The nonslip grip and narrow, straight blade let testers remove the smallest bones with precision and complete comfort. Perfectly balanced with enough flexibility to maneuver around tight joints. The low price was a bonus.
|★ ★ ★||★ ★ ★||$19.95|
Wüsthof Classic Boning Knife
Hefty in weight, this knife was a solid performer when removing poultry bones, and the handle was easy to grip, even when covered in chicken fat. Piercing silver skin was a challenge since the tip wasnt sharp enough and the long narrow blade produced slightly jagged cuts.
|★ ★||★ ★ ★||$99.95|
|Recommended with Reservations|
Mundial Boning Knife: Flexible
The sharp tip performed well when removing silver skin, but it was too flexible when maneuvering around poultry joints, leaving testers feeling a lack of control. The heavy handle was slightly unbalanced and became slippery once covered in poultry fat.
|★ ★||★ ★||$19.95|
Shun Gokujo Filet Knife
Designed to replicate a samurai blade, this expensive knife was a disappointment. It struggled to pierce the silver skin, although long cuts were smooth and even. Minimal flexibility and extreme curve got in the way when maneuvering around joints. The smooth handle was hard to grip and slippery.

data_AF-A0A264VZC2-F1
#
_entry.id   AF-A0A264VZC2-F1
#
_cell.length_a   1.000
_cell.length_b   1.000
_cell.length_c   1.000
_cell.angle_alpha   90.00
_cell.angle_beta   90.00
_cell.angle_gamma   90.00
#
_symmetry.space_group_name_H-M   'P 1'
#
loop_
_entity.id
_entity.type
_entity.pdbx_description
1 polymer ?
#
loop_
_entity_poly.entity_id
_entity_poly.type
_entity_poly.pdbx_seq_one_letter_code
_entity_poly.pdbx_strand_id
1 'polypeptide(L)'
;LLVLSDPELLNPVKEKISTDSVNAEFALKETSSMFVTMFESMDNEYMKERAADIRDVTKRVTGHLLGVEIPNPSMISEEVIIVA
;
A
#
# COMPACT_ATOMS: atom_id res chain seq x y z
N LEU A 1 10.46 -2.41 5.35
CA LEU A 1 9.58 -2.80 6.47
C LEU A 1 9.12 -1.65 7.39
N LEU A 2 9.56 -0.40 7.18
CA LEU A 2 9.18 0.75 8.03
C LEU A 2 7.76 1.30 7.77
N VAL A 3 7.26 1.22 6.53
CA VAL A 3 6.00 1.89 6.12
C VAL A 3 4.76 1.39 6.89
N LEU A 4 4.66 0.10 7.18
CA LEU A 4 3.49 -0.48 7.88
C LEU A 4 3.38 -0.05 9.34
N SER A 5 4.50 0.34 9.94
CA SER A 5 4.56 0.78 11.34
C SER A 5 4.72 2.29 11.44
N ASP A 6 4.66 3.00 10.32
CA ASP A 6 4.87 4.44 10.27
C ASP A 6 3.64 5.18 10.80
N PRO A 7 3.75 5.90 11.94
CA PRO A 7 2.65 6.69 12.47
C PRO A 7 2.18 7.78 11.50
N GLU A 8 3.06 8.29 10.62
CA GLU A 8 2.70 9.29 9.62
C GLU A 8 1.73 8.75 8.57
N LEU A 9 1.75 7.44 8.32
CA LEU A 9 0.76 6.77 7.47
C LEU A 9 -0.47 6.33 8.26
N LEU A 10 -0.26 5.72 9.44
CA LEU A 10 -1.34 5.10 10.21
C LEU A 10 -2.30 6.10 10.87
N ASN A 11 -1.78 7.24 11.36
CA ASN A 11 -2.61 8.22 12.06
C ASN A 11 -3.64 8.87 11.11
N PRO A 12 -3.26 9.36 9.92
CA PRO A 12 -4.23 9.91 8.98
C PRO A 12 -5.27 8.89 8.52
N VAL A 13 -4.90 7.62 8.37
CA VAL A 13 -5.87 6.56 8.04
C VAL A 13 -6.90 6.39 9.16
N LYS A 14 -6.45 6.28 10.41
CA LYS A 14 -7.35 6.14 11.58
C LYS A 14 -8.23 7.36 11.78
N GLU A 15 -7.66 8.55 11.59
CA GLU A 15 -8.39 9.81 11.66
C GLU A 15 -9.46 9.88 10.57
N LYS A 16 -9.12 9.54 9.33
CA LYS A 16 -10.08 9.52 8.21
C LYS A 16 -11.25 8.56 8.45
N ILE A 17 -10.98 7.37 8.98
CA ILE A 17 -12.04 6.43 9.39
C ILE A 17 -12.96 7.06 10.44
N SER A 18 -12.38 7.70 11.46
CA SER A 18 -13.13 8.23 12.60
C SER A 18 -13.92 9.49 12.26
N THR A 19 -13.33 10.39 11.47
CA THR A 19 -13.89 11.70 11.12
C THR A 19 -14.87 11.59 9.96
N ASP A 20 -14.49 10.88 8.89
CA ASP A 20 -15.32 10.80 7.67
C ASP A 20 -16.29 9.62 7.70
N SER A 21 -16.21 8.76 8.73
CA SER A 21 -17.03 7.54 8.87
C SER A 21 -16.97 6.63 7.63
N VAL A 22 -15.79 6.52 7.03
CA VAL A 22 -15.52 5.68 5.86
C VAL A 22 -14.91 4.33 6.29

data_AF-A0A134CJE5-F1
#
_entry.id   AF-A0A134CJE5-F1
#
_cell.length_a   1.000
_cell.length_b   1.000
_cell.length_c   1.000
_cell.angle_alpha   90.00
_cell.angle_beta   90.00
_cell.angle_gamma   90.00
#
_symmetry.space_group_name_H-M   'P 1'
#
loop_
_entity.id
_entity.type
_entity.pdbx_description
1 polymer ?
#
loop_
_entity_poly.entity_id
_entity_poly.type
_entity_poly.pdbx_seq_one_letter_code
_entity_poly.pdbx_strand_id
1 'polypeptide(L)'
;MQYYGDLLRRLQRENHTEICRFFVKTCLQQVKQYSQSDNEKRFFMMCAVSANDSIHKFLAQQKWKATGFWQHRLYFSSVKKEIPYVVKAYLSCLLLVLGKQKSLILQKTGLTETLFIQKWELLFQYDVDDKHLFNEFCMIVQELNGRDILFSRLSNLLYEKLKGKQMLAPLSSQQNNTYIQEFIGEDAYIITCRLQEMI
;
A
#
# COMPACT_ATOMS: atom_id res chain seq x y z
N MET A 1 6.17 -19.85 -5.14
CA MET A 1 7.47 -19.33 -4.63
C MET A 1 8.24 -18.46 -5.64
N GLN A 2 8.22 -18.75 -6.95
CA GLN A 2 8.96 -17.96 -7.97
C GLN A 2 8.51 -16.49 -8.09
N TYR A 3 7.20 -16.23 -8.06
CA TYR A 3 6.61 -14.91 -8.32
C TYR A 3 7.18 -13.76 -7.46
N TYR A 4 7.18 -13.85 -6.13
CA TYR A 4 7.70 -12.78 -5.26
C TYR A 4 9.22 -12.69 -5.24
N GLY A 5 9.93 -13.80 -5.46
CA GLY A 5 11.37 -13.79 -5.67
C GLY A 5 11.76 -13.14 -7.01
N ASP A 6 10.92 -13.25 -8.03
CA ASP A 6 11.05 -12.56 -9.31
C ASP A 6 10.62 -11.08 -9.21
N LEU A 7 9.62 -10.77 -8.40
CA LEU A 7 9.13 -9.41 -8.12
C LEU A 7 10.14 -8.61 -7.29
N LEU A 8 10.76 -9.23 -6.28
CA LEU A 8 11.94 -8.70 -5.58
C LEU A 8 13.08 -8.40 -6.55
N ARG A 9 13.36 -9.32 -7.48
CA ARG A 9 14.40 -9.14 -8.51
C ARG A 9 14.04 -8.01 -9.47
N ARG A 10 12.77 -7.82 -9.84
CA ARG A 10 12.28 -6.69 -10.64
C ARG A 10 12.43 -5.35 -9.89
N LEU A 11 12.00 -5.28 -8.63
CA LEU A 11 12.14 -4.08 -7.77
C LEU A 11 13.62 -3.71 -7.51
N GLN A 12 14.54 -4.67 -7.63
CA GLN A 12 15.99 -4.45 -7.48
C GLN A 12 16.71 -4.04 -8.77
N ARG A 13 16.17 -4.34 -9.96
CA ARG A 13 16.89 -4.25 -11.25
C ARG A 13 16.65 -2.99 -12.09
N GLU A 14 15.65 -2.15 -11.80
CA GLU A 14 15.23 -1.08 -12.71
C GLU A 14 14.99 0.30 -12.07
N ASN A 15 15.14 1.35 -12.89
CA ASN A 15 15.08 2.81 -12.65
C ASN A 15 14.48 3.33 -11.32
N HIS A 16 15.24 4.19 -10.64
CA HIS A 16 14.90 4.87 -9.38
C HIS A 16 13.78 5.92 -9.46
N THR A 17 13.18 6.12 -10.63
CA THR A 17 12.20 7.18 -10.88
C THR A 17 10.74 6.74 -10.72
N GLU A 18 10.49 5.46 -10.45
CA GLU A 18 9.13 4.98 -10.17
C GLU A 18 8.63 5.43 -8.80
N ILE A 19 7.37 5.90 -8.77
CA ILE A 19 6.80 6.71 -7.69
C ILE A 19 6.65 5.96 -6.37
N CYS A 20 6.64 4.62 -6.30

MAC Boning KnifeChef Series
The large, cumbersome handle reminded testers of an outdoors knife for fishing and hunting. The blade was too wide to maneuver around joints and it struggled to pierce silver skin. Unlike other knives, this boning knife could only slice in one direction, making intricate cuts around joints difficult.
Messermeister San Moritz Elite Flexible Boning Knife
The blade was so flexible it led to erratic cuttings; testers said the knife was hard to control. The blade was not sturdy enough to maneuver around joints and the lightweight handle felt flimsy and unbalanced.